The second in Kobie’s end-of-year predictions (big data, personalization, mobile, and channel convergence) got me thinking about The King and I, the famous Rodgers and Hammerstein musical and its iconic song.
For those of you who don’t know it, the chorus goes like this:
Getting to know you,
Getting to know all about you.
Getting to like you,
Getting to hope you like me.
It’s amazing that these 20 words, written in 1951, do a better job encapsulating the goal of personalization and loyalty’s essence than many conference sessions I’ve attended or articles I’ve read. Kudos to simplicity.
The Loyalty Show Must Go On
In 2013 greater personalization will become critical because that’s what consumers have always wanted and, more accurately, yearned for since the early information age when consumers became numbers to be crunched rather than names with histories to be learned. Now, thanks to the proliferation of smart mobile devices, the Big Data they accumulate and the granular consumer information they turn into actionable engagement, personalization is up for revival.
As in any good show there are at least two acts, in this case it’s “Personalization 1.0” and “Personalization 2.0,” And both could use a few more “dress rehearsals” before the New Year stops feeling, well, so new.
Personalization 1.0 speaks to the need for personalized SMS, emails or even web landing pages. Think about The Weather Channel app and its homepage. Type in your zip code and not only will you get a region-specific graphical forecast, complete with a current conditions skyscape, you’ll see corresponding videos too. Netflix is another company that tailors its mobile web and app landing pages to the individual’s specific movie and genre interests. Although this seems like “personalization 1.0,” many brands are still missing opportunities to tailor their customers’ experience in even these relatively simple and straightforward ways.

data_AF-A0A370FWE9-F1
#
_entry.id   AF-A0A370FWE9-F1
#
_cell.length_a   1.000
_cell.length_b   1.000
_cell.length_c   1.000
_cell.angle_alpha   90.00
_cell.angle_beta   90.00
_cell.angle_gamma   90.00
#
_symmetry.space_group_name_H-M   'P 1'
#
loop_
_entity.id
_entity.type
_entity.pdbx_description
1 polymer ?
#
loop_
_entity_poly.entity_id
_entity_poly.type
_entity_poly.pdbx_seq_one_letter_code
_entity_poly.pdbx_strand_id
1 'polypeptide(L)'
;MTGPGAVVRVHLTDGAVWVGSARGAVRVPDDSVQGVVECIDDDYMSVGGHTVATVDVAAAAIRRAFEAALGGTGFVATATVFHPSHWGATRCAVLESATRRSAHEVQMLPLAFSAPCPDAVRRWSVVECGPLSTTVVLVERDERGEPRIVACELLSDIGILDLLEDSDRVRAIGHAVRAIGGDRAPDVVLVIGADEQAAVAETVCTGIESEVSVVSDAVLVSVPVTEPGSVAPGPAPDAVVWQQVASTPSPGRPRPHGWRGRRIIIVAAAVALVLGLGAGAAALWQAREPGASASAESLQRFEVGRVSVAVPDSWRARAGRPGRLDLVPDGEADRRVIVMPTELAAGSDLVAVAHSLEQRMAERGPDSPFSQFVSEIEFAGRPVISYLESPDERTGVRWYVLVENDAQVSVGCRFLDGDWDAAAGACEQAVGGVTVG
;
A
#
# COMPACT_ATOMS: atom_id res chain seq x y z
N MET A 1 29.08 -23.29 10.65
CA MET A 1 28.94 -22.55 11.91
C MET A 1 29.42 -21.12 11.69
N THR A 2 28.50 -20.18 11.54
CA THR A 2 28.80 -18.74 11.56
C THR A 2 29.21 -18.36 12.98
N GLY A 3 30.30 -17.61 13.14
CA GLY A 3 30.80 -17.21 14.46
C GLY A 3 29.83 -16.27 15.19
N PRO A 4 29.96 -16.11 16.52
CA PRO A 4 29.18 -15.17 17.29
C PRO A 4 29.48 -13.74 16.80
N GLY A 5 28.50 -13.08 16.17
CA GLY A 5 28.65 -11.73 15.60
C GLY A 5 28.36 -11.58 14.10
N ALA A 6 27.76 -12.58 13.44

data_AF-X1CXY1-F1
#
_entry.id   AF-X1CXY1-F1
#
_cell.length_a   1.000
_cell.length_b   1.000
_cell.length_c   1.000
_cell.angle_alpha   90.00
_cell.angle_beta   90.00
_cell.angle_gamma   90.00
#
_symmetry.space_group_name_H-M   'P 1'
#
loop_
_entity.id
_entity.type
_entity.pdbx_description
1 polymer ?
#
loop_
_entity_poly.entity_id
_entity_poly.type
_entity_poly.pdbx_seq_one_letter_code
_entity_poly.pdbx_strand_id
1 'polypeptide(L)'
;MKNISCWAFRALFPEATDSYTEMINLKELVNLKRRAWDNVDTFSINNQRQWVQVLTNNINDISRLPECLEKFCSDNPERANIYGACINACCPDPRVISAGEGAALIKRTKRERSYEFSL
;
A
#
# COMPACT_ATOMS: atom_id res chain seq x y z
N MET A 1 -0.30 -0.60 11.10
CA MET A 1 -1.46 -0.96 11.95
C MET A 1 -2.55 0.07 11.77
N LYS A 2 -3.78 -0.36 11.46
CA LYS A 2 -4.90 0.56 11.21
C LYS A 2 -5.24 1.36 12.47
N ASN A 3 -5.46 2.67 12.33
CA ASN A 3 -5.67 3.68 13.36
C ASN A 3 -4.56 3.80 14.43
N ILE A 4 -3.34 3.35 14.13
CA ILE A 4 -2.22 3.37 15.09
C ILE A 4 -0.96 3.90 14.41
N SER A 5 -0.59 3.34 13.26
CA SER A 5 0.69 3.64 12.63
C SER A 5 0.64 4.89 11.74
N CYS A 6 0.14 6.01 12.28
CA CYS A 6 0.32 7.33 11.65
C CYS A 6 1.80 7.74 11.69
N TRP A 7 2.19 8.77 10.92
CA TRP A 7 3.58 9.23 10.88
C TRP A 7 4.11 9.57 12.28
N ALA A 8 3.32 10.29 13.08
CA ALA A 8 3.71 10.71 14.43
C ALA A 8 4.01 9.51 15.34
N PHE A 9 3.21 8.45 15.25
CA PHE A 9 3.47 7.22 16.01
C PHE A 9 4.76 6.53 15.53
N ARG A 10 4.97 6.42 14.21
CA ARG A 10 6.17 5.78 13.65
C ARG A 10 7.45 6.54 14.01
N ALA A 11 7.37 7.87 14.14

Standing O For the Second Act
Beyond personalized SMS and emails, look to personalize, in real time, consumer-facing touch points that integrate further with social media through emerging tools like gamification and augmented reality (AR) – an increasingly popular technology which pulls digital information from web-based sources. That includes sites like Google Maps and social networks like LinkedIn and Facebook. AR superimposes that data on real-time images of physical world objects such as restaurants (so consumers can browse menus simply by pointing their smartphones at the buildings), hotels, retail stores, airports, etc. While it’s still a technology looking to fully hit its stride, the recent turnaround in mainstream media is particularly exciting. Juniper research already predicts AR apps will generate $300 million in global revenue in 2013. Not bad for a technology that was largely dismissed during most of 2012.
The bottom line is that consumers want their brand interaction to be personal, genuine and on their channel(s) of choice – whatever, whenever and wherever they may be. They don’t just want personalization 1.0. They’re yearning for something better. They want a loyalty marketing and customer reward program that has a King and I effect: an experience to be enjoyed time and time again – and in multiple channels.
For The King and I, that meant Broadway revivals, new casts and a major motion picture. For rewards programs, multichannel (and omnichannel) it means smartphones, tablets, SMS, social media, kiosks, digital signage, traditional print, TV, radio and actual physical customer interaction. Great reward programs, like great performers, may alter the specifics of their delivery. But the basics of what underlies their continued success must remain consistent.
So think about the “getting to know you” chorus. Simple words but profound enough for every loyalty program manager. And please check back in a few days for the next in our 2013 predictions. We’ll be looking at mobile trends and how our ever-smarter smart devices are becoming their own loyalty success.